Shares of semiconductor giant Nvidia (NASDAQ:NVDA) had tumbled 3% as of 11 a.m. ET Tuesday after TheFly.com reported last night that an Nvidia director, Persis Drell, had disclosed a stock sale of 10,000 shares of Nvidia stock.
But is that really a reason for investors to be spooked?
Not really, no. Although there is really only one logical reason why an insider might buy a stock (i.e., she thinks it’s going up), there are a whole host of reasons why an insider might decide to sell.
True, one of those reasons might be that she thinks the stock will go down. But an insider might also sell in order to raise cash to pay income taxes, for example, or to raise cash to pay the down payment on a home, or to simply diversify her stock portfolio. You can’t know the real reason — so you shouldn’t assume.
It should also be pointed out that the price at which Drell sold shares — $326.65 per share — is not only a higher price than Nvidia shares fetch today, it is a higher price than those shares were worth at yesterday’s close, before news of the insider sale was revealed. This hardly seems like panic-selling to me, and it’s not a good reason for outside shareholders to panic.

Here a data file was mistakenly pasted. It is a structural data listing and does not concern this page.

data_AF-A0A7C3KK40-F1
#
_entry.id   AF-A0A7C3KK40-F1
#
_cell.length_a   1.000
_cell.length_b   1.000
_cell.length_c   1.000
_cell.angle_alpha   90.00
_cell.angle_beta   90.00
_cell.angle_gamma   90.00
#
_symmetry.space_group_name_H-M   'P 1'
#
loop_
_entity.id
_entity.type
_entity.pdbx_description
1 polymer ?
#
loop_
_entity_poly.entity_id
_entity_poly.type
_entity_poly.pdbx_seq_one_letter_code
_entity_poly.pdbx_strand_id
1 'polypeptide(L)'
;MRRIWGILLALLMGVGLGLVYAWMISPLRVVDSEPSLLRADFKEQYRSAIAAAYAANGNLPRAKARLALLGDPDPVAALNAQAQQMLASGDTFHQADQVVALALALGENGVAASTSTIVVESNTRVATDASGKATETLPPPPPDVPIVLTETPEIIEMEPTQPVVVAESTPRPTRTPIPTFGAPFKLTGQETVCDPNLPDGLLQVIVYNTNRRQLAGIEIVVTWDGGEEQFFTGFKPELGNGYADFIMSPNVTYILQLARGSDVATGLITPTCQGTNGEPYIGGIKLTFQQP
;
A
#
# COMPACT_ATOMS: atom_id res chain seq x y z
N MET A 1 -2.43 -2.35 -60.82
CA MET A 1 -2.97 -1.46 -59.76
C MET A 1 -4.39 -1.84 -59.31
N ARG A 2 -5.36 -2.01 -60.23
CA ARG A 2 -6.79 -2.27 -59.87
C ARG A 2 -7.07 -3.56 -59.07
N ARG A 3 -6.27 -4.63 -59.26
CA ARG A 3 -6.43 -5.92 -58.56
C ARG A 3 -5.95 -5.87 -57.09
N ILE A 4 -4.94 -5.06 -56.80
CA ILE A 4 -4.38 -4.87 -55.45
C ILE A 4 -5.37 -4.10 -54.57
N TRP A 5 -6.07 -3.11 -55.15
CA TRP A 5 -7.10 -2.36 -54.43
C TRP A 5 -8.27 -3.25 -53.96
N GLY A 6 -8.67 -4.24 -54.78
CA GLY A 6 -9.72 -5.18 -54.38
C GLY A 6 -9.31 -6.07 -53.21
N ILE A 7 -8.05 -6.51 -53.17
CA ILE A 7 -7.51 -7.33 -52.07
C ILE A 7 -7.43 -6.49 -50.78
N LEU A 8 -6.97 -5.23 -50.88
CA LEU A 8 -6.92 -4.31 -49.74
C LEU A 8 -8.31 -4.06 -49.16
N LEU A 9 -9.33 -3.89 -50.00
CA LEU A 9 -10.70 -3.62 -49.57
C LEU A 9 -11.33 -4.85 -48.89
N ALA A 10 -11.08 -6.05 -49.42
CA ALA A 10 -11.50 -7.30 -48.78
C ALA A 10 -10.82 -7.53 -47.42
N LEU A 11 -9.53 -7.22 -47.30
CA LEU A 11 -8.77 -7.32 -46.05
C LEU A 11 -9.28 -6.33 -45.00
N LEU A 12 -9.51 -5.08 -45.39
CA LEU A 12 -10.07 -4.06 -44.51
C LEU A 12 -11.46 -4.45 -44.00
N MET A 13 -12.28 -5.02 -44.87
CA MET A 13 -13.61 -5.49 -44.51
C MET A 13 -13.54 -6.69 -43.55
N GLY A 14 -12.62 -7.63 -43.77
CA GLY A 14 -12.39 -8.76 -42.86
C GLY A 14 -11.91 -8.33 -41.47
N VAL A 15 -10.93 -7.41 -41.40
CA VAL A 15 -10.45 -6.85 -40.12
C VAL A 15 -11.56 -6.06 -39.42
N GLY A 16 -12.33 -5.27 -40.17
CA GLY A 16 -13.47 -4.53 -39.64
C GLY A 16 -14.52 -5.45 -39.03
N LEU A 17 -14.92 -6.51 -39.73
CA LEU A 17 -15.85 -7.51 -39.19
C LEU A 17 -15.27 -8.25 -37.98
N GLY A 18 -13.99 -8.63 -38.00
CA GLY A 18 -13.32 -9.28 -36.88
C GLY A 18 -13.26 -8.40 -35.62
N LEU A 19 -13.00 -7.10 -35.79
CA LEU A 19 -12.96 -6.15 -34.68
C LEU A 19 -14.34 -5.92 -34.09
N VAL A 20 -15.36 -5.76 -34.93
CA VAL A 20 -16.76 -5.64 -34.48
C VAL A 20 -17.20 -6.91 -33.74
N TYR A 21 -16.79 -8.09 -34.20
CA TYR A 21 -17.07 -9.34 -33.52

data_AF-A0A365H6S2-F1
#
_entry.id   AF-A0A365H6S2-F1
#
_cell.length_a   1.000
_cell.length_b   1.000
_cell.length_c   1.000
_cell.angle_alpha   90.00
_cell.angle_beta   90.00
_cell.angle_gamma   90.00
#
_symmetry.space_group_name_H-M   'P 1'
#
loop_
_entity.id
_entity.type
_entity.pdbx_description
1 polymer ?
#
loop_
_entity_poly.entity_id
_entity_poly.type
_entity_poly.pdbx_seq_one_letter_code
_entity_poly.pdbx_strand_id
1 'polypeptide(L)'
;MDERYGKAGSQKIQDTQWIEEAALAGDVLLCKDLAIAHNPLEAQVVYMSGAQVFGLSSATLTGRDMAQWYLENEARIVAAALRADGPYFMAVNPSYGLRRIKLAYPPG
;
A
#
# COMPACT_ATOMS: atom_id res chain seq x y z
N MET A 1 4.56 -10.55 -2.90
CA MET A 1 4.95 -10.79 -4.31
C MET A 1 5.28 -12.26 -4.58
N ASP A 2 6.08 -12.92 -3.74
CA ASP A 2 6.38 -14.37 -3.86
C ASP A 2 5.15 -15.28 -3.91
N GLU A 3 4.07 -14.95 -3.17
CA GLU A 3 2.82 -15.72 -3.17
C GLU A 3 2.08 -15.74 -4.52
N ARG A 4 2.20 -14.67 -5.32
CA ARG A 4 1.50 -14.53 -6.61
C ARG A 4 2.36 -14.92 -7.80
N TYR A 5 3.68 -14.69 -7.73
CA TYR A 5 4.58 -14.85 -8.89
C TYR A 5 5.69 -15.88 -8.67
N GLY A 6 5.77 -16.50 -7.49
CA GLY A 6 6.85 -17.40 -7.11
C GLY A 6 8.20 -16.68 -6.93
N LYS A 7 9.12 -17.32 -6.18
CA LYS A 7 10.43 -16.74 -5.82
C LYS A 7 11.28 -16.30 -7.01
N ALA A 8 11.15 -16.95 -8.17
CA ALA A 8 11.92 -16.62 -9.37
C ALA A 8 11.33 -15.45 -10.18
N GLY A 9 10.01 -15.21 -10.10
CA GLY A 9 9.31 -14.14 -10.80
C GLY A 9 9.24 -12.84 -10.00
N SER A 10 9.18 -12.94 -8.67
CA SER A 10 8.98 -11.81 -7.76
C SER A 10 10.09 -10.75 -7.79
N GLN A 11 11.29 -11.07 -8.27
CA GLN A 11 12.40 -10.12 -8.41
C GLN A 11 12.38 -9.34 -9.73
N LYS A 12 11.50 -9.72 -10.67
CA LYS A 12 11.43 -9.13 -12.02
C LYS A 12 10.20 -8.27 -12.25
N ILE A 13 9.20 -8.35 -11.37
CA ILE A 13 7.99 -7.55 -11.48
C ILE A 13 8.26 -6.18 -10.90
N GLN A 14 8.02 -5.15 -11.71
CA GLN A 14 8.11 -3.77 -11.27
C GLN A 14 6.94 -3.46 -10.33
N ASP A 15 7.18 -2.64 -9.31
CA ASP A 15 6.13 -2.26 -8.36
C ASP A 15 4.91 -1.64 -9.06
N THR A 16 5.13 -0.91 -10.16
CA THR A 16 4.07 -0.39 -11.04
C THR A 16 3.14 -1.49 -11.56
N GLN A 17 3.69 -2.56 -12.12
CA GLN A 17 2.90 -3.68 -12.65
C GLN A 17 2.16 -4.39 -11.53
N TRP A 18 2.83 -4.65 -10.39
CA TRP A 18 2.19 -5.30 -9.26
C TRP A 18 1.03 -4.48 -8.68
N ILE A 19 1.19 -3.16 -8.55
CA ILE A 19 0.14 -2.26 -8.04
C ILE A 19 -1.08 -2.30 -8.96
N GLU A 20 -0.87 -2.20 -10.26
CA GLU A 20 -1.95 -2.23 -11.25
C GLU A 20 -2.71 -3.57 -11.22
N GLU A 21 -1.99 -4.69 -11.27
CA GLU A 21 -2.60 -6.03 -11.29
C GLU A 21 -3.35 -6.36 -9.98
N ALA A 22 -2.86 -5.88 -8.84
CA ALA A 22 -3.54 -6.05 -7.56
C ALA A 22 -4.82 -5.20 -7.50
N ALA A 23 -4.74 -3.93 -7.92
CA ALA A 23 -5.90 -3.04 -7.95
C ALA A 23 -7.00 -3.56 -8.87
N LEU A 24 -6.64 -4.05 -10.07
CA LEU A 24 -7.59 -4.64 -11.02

If you want a better reason to be nervous about Nvidia stock, be nervous about the fact that Nvidia stock costs 118 times trailing earnings. Or be nervous about the fact that after two straight years of generating more free cash flow than it reported as net income according to generally accepted accounting principles (GAAP), Nvidia’s quality of earnings has taken a turn for the worse, and that over the past 12 months, real cash profits support only $0.87 out of every $1 of reported earnings at Nvidia (according to data from S&P Global Market Intelligence).
If you ask me, those are better reasons for Nvidia stock to be going down today than the fact that some insider just sold some shares.
This article represents the opinion of the writer, who may disagree with the “official” recommendation position of a Motley Fool premium advisory service. We’re motley! Questioning an investing thesis — even one of our own — helps us all think critically about investing and make decisions that help us become smarter, happier, and richer.